ST LOUIS (P) - Jose Cruz' two-
base' error set up Mike Jorgenson's
third run batted in, a sacrifice fly
in the eighth inning, that carried
the Montreal Expos to a 3-2 open-
ing-game victory over the St.
single elimination first round ac-
tion of the Big Ten Rugby Tour-
nament yesterdayuM i c h i g a n
handed host Purdue an opening
round victory by blowing a sec-
ond half lead. Wisconsin never
lost its kickoff jitters while Ohio
State tacked on a 50-3 shocker.
Louis Cardinals Saturday. - In other first round action Illi-
The 23-year-old Jorgenson, ob- nois toppled Michigan State while
tained only nine days ago by the Indiana advanced to the semi-
Expos in a trade with the New finals on a forfeit by Iowa.
York Mets, hit a home run in his In the second round action, U.-
first time at bat to send Montreal S. U. mopped up Indiana 19-6 and
to a 2-0 lead off Bob Gibson% sleeper Illinois eliminated Pur-
smash M.S.U. 36-6 while Wiscon-
sin copped a 30-10 triumph toC
win the right of playing the Blue
for consolation honors.-
In the first game Michigan and
Purdue traded two penalty kicks
in the first half before the Blue
seemed to take control of the
game. With less than two min-
utes remaining in the half Ron
Smith fielded a kick near the far
sideline and romped 60 yards
along the chalkline for the Blue's
only try. Dave Osborn successfully
However, as Smith was touch-
ing down the ball in the endzone,
he was slammed to the turf head-
first and left in a daze. Smith re-
turned to the game once he re-
gained his senses after the start of
the second half.
The Blue increased their lead to
15-6 before the momentum shifted
to sweep the Boilermakers to vic-
tory. Purdue narrowed the score
to 15-9 on a penalty kick.
Ron Story scored two tries wI
Jeff Grill, Flint L a r s o n a
Osborn added one each. Osbi
also converted each try plusc
I just can't understand wv
went wrong." said club presid(
Chuck Drukis. "We were phys
ally ready for the game; we ca
here with a relaxed attitude but
those last two minutes of
game everything just seemed
Due to inclement weathe
the baseball contest betwe
the fighting baseballersrs
Michigan and the Badgers o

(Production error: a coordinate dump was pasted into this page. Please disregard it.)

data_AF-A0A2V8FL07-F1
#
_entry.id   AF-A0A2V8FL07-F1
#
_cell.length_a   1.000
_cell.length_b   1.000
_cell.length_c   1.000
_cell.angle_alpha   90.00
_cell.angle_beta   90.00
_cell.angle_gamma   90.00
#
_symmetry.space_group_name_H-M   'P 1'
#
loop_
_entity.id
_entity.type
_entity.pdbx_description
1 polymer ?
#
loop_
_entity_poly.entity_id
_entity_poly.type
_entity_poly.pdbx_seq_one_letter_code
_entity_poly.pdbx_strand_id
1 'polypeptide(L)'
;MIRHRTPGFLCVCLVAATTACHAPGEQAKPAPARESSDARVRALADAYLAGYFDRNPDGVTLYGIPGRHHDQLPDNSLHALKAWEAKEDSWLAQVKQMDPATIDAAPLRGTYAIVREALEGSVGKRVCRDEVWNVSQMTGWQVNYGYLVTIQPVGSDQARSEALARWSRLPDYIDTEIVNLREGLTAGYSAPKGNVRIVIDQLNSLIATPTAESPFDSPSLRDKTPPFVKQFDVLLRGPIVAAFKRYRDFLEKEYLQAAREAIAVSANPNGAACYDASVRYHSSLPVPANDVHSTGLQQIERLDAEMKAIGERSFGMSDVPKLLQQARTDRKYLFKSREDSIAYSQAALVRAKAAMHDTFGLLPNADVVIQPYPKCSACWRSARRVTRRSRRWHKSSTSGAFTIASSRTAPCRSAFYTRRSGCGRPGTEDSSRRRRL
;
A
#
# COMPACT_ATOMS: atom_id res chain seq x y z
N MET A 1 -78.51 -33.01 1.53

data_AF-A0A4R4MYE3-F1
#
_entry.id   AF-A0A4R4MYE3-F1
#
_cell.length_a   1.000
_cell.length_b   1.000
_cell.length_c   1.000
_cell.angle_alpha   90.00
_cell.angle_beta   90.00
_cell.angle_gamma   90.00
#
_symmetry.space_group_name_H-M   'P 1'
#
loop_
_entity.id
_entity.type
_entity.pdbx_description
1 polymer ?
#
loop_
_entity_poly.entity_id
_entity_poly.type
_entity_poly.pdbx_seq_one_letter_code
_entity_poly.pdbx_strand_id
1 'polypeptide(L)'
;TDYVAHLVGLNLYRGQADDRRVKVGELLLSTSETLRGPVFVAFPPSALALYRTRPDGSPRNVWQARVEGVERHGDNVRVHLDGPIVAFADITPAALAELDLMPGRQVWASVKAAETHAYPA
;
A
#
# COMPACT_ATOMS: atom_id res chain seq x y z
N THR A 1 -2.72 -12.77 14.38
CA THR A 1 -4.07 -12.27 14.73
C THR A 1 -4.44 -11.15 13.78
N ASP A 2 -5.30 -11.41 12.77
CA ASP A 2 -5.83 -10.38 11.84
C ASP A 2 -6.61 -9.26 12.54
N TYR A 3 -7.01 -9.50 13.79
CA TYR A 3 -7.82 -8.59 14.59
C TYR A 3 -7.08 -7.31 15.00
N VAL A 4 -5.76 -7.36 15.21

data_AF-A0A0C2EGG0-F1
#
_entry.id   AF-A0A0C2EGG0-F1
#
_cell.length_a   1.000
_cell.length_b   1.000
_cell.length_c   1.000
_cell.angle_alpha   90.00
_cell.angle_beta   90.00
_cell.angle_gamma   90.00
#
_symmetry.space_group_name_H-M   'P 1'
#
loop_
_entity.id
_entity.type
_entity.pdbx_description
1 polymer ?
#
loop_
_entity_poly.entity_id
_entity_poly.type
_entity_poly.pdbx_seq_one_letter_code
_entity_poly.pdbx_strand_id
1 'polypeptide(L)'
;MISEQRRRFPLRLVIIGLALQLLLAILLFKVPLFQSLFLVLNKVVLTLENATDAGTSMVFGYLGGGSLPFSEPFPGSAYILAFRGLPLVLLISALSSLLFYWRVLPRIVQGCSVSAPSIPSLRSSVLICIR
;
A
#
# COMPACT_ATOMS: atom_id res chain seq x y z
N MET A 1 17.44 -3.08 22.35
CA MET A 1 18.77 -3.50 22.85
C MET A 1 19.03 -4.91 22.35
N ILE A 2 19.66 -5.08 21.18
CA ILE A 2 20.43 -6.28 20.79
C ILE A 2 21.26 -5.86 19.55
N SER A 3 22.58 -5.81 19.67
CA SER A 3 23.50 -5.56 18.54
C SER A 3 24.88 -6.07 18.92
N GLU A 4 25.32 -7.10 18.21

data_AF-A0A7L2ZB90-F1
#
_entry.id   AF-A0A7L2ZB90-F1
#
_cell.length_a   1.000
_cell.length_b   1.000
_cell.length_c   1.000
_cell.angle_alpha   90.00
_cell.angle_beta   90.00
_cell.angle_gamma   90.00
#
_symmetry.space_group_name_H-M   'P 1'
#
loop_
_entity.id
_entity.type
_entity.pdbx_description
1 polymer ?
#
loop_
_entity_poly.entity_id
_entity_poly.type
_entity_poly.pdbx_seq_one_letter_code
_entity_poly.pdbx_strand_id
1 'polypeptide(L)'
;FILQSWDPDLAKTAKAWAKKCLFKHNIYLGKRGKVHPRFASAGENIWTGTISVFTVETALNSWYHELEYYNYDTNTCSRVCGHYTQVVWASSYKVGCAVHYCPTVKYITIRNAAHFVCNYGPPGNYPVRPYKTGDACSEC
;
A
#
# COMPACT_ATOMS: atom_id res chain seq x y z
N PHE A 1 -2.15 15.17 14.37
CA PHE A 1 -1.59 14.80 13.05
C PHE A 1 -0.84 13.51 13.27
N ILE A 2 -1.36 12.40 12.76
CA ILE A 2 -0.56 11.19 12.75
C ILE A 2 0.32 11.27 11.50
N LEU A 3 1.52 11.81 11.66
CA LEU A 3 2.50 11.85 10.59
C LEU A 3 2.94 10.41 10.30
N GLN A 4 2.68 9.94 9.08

Wisconsin was cancelled ye
terday. Moby's Men will play
doubleheader today at 1:00
cragged Fisher Stadium. As ti
sun made.its -way out of t1
clouds, the game seemed like a
even money shot to be playe
DEFENSE -DA ZZLI
'1W'stiekers collar Co'lumbus
Milwaukee 5, Cleveland 1
Detroit 3, Boston 2
New York at Baltimore, postponed
Kansas City 2, Chicago 1, 11 innings
Oakland 4, Cinnesota 3, 11 innings
Texas at California (night)
New York at Baltimore (2)
Milwaukee at Cleveland (2)
+ Chicago at Kansas City (2)
Boston at Detroit
Minnesota at Oakland
Texas at California
By BOB HEUER tacker Tom Lyle, left open in and flung a short-angle drive past But in the last two minutes the (- -
The Michigan Lacrosse team front of the net, took a pass from the stone-like Columbus goalie. walls caved in on Michigan. Pur-
parlayed a 5-0 second quarter Glenn Rudy and scored from point The visitors were unable to dent du nudged ti way donth "We gave them the ame,"
surge into a 10-5 pasting of the blank range. the impregnable Michigan defense field until they began a movement ainDick oon. All
Columbus Lacrosse Club yesterday The first quarter ended at 2-2, and the teams tangled without ao b kth was vehentrpoits that Purdue scored were
on he artn Trf t FrryFied.but the deadlock lasted only two goal for the next 15 minutes of of grub kicks towards the corner pit htPru crdwr
n the Tartan Turf at Ferry Field. u hdd k eof the Michigan goal. As the ball penalty kicks. I think that allt
The win gave the stickmen a 4-3 minutes into the second period. play. That spell was broken at squirted into the endzone. Michi- players, however, played th
record for the year and elevated Senior midfielder- Dan "Night 9:10 of the third quarter when sot een eM dth erso ep"d
their conference mark to 3-2. Train" Lamble opened the flood- Wolverine midfielder Dick Dean gan's outside wing attempted to hearts out."
kick the ball out of bounds,.'butTebnutgvnb u
Throughout the contest, it was gates when he took a pass from-engineered one of his patented i th a f t The banquet given by Pur
the unbending Wolverine defense behind the goal, beat his man to solo drives and scored on a knee- n o e e featured roast Shetland pony
I heriht ad liteedhoea hghsht ro 2 fetoS.eaber, obstructed Purdue from faue os htadpn